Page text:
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[Putin's People] will surely now become the definitive account of the rise of Putin and Putinism . . . [Belton] adds enough new details to establish beyond doubt that the future Russian president was working alongside the people who set up the secret bank accounts and held the meetings with subversives and terrorists. More important, she establishes how, years later, these kinds of projects came to benefit him and shape his worldview.' --Anne Applebaum, The AtlanticThe cast of supporting characters in Catherine Belton's study of the Russia of Vladimir Putin is extraordinary and worthy of a Netflix mini-series . . . This is modern Russia in full, horrifying technicolour. In Putin's People, Belton, a former FT Moscow correspondent, leaves no stone unturned in her exposition of how the Russian president and his "people" dominate the largest country on Earth and how they have come to do so. --Peter Frankopan, Financial Times [An] elegant account of money and power in the Kremlin . . . The dauntless Belton . . . [talked] to figures with disparate interests on all sides, tracking down documents, following the money. The result is a meticulously assembled portrait of Putin's circle, and of the emergence of what she calls 'K.G.B. capitalism'--a form of ruthless wealth accumulation designed to serve the interests of a Russian state that she calls 'relentless in its reach' . . . Putin's People ends with a chapter on Donald Trump, and what Belton calls the "network of Russian intelligence operatives, tycoons and organized-crime associates" that has encircled him since the early '90s. --Jennifer Szalai, The New York Times Book Review In her deeply researched new book, Catherine Belton tells a dark tale of Vladimir Putin's rise to power and his 20 years as leader of Russia . . . Belton, a former Moscow correspondent for the Financial Times, digs deeper. Hers is a story about Putin, his KGB colleagues, businessmen and mobsters pieced together through interviews with many relevant players. --Anders Åslund, The Washington Post A staggering achievement of reporting . . . The level of depth [Belton] reaches, and the analysis of the details which are, by design, entirely opaque transactions and financial arrangements, is simply incredible. Belton follows the money. --Joshua Huminski, Diplomatic Courier "Through meticulous research into financial networks, Belton investigates Vladimir Putin's political ascent via the KGB ties at the center of her story. She captures the texture of Putin's government: its approach to power, its ambition, its cynicism, its desire to reverse the defeats of 1989 and 1991 and then to translate KGB formulas into a new international affairs paradigm. --Michael Kimmage and Matthew Rojansky, The New Republic A fearless, fascinating account of the emergence of the Putin regime . . . [Belton] has an unrivalled command of the labyrinthine history of share schemes, refinancing packages, mergers, shell companies, and offshore accounts that lay bare the stealthy capture of the post-Soviet economy and state institutions by a coterie of former KGB officers . . . The result reads at times like a John le Carré novel. --Daniel Beer, The Guardian "The plot sounds like a geopolitical thriller. Amid an empire's collapse, the secret police funnel money out of the country, creating a slush fund to rebuild their old networks. They regain power, become spectacularly rich and turn on their enemies, first at home--and then abroad." --Edward Lucas, The Times (London) Relentless and convincing . . . This is the most remarkable account so far of Putin's rise . . . Belton offers the most detailed and compelling version [of this story] yet, based on dozens of interviews with oligarchs and Kremlin insiders, as well as former KGB operatives and Swiss and Russian bankers . . . Gobsmacking . . . A superb book. --Luke Harding, The Guardian Relentless and magnificently detailed . . . Putin's People is a serious, absolutely timely warning. No book has documented the Russian president's leadership so indefatigably and compellingly. If you want to grasp in full how Russia has become the nation it has in the last 20 years, this is the book you've been waiting for. --Julian Evans, The Telegraph The single best book to explain the present-day Kremlin . . . Putin's People is must reading for anyone trying to understand Putin and the challenge of dealing with modern Russia. --John Sipher, The Cipher Brief Catherine Belton, a talented reporter and fluid writer, offers a detail-rich narrative of Putin's dictatorship and gangland beneficiaries . . . Belton's sleuthing . . . imparts fresh colour to Putin's ascent, just as her digging into Putin's days as a KGB operative in East Germany turns up a fuller account of that formative period . . . Belton populates her engaging panoply of shell companies and fatal defenestrations with captivating characters . . . Indefatigably exposes a criminal regime spilling over its borders. --Stephen Kotkin, Times Literary Supplement How [Putin's fellow] "operatives" got into power and what they did with it is the subject of this long-awaited, must-read book by Catherine Belton, a former Moscow reporter for the Financial Times who spent years investigating the most sensitive subject in Russia -- the business dealings of Putin and his circle of cronies (or siloviki). By following the money and diving deep into the squalor, she has pieced together a disturbing picture of a criminalised regime whose methods are more like the mafia than a state. --Arkady Ostrovsky, The Sunday Times As Catherine Belton's powerful and meticulously reported new book shows, the apparent anarchy of the post-Soviet world has instead given way to a massive concentration of wealth and power, which is used by the new Russian elite to quash dissent at home and project force abroad . . . A narrative tour de force. --The Economist [Catherine Belton's] book is fast-paced, thoroughly researched and packed with new--or at least not widely known--facts . . . This is the best kind of journalist's book, written with an eye for a well-turned story and compelling characters, and steering mercifully clear of academic theorising. And what tales Belton has to tell. --Owen Matthews, Spectator A book that western experts on modern Russia acknowledge as vital to our understanding of the Putin phenomenon . . . Belton draws on published sources and deep-throat contacts to plot a course through the maze of crooked financial manoeuvres--the sleights of hand, the back-room deals, the 'loans' from state banks, the kick-backs on contracts--that Putin and his courtiers got up to as they systematically drew the wealth to themselves as inexorably as iron filings to a magnet. --Tony Rennell, The Daily Mail Insightful . . . it is the details unearthed by [Belton's] interviews with an extensive collection of insiders that make her arguments so convincing and the book such a gripping read. --Lynn Berry, Russia Matters Drawing on extensive interviews with Kremlin insiders and dispossessed oligarchs such as Sergei Pugachev and Mikhail Khodorkovsky, Belton paints a richly detailed portrait of the Putin regime's tangled conspiracies and thefts . . . A lucid, page-turning account of the sinister mix of authoritarian state power and gangster lawlessness that rules Russia. --Publishers Weekly Catherine Belton is quite simply the most detailed and best-informed journalist covering Russia. One hears so much grand punditry about the country, but if you want to know the terrifying facts, from the nexus of KGB, business, and crime which was Putin's petri dish to the complex reality of the relationship with Trump--and if you want to see how all this combines into a whole new system--then this is the book for you. --Peter Pomerantsev, author of This Is Not Propaganda and Nothing Is True and Everything Is Possible Putin's People is meticulously researched and superbly written, terrifying in its scope and utterly convincing in its argument. It is a portrait of a group of men ruthless in their power and careless of anyone else. This is the Putin book that we've been waiting for. --Oliver Bullough, author of Moneyland and The Last Man in Russia "Putin's People is a ground-breaking investigative history of the rise of Vladimir Putin and a revealing examination of how power and money intersect in today's Russia. Catherine Belton has pulled away the curtain on two decades of hidden financial networks and lucrative secret deals, exposing the inner workings of Putin & Co. in remarkable and disturbing detail. A real eye-opener." --David E. Hoffman, author of The Oligarchs: Wealth and Power in the New Russia "Catherine Belton deftly tackles one of Russia's biggest mysteries--how did an undistinguished, mid-level former intelligence operative like Vladimir Putin catapult himself to such lofty heights? Her deeply researched account digs into unexplored aspects of Putin's rise to power as well as the experiences of longtime Putin friends and allies who have harvested most of the benefits from his 20 year reign." --Andrew S. Weiss, James Family Chair and vice president for studies at the Carnegie Endowment --This text refers to the paperback edition.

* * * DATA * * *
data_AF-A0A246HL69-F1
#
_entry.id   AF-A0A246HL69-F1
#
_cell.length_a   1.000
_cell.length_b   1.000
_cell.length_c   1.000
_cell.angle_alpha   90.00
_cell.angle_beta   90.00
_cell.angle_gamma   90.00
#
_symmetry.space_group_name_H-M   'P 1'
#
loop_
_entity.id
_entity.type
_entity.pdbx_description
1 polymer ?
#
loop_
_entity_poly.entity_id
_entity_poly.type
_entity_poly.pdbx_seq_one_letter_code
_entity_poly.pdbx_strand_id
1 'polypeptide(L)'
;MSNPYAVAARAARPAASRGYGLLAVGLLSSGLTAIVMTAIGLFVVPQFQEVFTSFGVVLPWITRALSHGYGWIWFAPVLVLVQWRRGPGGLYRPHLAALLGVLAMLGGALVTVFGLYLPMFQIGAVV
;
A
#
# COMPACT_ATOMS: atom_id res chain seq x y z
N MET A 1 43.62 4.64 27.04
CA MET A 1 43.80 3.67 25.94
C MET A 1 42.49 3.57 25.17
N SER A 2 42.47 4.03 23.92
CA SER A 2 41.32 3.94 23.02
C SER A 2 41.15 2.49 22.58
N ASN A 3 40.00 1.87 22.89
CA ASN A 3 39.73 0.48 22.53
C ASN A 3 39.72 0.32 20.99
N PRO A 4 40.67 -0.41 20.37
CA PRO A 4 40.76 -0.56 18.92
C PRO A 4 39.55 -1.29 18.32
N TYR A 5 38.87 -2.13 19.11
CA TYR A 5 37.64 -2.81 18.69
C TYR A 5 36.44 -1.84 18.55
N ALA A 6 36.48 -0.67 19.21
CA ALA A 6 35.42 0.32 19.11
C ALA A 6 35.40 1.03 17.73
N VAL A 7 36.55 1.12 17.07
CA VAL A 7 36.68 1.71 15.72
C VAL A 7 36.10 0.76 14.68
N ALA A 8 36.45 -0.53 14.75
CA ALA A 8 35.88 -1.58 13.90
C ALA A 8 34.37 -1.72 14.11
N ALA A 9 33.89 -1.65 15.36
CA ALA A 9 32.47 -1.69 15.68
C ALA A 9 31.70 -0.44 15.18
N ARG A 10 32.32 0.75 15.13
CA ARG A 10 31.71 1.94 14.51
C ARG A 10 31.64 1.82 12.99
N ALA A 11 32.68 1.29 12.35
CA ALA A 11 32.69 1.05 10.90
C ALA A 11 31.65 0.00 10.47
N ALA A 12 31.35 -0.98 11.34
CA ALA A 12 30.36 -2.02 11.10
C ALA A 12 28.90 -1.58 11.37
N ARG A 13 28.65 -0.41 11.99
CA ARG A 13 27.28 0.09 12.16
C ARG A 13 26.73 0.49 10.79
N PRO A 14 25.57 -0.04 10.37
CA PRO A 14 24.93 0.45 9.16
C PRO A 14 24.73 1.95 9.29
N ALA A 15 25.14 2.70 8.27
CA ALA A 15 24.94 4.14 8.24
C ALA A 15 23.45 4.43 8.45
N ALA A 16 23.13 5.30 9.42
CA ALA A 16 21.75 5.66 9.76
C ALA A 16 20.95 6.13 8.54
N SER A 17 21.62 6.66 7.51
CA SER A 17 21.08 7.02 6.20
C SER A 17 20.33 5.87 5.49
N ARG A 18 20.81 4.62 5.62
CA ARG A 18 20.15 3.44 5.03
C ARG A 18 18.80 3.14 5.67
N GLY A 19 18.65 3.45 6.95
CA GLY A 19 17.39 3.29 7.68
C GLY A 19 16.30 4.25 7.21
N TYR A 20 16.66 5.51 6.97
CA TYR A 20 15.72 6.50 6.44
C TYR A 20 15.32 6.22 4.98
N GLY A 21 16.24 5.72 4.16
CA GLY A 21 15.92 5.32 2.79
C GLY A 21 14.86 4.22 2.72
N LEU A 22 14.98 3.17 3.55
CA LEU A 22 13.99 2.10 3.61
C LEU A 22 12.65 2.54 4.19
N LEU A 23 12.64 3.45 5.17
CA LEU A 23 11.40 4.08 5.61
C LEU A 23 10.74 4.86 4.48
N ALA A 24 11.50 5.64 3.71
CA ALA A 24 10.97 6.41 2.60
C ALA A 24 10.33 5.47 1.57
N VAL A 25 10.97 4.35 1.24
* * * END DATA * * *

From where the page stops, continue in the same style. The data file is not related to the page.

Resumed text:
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The KGB used to funnel funds all over the world to spread its influence from funding wars to bribing officials to become spies. When the USSR collapsed and that structure fell apart, the USA took full advantage and spread its power as the only superpower left via NATO as the Warsaw Pact vanished. The Russians being a very proud nation and losing their pre-eminence on the world stage were desperate for a strong leader and along comes Putin. (Is there a parallel i ask myself with Germany in the 30s). A major point she makes in the book is that when Gorby ended the Cold War the West let their guard down. She makes it very clear that it is now in Cold War Mark 2 under Putin and that Russia is winning. Putin aims to destroy the West's alliances and that Russia becomes a superpower again. She explains that Trump had a lot of contacts with Russia from 2001 and when he won the Presidency the Russian Parliament was delighted. They were proven correct as most of Trump's foreign policy ties in perfectly with Putin's aims.